For the first time security researchers have spotted a type of
malicious software that overwrites update functions for other
applications, which could pose additional long-term risks for users.
The malware, which infects Windows computers, masks itself as an
updater for Adobe Systems' products and other software such as Java,
wrote Nguyen Cong Cuong, an analyst with Bach Khoa Internetwork Security
(BKIS), a Vietnamese security company, on its blog.
BKIS showed screen shots of a variant of the malware that imitates
Adobe Reader version 9 and overwrites the AdobeUpdater.exe, which
regularly checks in with Adobe to see if a new version of the software
Users can inadvertently install malware on computers if they open
malicious e-mail attachments or visit Web sites that target specific
software vulnerabilities. Adobe's products are one of the most targeted
by hackers due to their wide installation base.
After this particular kind of malware gets onto a machine, it opens a
DHCP (Dynamic Host Configuration Protocol) client, a DNS (Domain Name
System) client, a network share and a port in order to received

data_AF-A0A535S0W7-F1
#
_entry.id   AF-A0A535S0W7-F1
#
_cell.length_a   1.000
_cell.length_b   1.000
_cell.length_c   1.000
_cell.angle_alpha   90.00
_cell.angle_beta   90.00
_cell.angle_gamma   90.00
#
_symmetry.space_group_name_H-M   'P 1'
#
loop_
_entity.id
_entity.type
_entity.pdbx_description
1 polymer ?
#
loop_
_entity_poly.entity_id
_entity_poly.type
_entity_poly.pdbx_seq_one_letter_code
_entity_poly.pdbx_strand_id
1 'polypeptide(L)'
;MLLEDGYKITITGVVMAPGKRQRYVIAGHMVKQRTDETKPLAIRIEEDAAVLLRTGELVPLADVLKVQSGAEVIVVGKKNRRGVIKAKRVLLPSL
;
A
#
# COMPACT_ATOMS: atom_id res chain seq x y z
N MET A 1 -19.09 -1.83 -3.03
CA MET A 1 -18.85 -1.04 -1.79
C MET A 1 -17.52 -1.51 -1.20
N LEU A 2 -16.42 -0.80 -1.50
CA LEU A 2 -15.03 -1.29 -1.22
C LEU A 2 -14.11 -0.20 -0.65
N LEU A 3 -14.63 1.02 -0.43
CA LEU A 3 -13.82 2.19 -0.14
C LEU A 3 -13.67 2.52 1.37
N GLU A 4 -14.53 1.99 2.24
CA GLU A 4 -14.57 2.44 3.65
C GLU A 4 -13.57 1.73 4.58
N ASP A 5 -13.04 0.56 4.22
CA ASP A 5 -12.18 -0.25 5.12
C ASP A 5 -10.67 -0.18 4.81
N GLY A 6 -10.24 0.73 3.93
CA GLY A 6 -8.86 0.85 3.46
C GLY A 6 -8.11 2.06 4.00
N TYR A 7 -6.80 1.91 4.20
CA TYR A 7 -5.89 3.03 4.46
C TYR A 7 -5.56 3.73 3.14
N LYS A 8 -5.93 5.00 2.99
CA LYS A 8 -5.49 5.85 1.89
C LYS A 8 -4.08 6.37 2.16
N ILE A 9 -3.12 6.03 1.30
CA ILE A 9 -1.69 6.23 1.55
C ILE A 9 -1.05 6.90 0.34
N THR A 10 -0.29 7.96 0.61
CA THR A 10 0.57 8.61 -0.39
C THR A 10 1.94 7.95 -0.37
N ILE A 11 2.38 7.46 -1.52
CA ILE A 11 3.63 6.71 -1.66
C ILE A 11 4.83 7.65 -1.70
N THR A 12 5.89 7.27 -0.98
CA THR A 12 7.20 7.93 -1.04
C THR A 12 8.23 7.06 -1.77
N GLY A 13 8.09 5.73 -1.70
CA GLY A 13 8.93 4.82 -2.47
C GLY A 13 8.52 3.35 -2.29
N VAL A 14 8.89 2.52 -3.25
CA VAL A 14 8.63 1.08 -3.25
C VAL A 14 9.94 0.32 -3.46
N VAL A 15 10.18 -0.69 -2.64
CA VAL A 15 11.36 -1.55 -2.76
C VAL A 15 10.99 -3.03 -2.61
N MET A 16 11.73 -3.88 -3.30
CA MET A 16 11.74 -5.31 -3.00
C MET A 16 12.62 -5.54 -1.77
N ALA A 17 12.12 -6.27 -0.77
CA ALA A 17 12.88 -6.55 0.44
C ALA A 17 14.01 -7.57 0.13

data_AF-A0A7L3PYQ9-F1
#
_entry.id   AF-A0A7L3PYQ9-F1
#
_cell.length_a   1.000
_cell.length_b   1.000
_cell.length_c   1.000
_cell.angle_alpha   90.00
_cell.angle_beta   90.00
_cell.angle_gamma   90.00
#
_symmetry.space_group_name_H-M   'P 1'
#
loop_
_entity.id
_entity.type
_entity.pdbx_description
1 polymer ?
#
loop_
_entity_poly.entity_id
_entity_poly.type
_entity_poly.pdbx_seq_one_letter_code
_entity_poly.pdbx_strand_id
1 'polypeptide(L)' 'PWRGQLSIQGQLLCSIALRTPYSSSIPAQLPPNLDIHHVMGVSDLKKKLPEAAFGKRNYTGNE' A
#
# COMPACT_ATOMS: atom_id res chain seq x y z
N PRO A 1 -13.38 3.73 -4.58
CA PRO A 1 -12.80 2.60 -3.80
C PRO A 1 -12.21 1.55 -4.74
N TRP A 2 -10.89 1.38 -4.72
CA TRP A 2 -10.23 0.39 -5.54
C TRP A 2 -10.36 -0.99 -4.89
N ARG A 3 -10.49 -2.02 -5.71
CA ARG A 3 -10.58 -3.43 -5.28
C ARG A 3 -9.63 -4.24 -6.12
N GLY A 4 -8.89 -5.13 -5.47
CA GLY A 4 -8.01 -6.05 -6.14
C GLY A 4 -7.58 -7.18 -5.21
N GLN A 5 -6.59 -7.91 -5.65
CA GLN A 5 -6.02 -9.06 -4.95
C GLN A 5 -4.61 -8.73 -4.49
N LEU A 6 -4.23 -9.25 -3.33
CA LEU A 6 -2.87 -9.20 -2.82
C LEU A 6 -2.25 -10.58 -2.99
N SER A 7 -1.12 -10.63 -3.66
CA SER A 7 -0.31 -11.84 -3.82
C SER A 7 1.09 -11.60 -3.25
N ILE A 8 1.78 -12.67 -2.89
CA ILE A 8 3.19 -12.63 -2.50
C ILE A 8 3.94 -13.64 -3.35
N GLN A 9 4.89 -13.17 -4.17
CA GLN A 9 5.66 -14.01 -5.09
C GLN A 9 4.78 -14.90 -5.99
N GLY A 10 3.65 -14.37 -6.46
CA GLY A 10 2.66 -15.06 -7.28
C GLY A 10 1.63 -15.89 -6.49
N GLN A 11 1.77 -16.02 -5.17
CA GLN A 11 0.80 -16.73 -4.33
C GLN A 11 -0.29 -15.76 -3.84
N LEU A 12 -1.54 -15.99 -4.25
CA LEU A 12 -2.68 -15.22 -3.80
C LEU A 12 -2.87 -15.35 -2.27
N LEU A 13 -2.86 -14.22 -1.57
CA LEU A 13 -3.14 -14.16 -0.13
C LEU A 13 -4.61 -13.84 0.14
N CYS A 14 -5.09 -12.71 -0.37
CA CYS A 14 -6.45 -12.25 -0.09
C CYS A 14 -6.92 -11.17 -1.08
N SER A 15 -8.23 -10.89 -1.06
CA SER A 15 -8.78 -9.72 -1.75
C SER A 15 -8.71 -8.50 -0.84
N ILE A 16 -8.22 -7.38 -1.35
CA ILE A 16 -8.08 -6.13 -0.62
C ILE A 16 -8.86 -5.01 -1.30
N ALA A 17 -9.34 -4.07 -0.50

commands, BKIS said.
Malware that poses as an updater or installer for applications such
as Adobe's Acrobat or Flash are nothing new, said Rik Ferguson, senior
security advisor for Trend Micro.
Decent security software should detect the malware, but those people
who do become infected could be worse off even if the malware is
removed, Ferguson said.
"They will lose the auto-updating functionality of whatever software
is affected even after the malware is cleaned up," Ferguson said. "That
could of course leave them open to exploitation further down the line if
critical vulnerabilities don't get patched as a result."
That means that users would need to manually download the software
again, which they may be unlikely to do if they don't know the effect of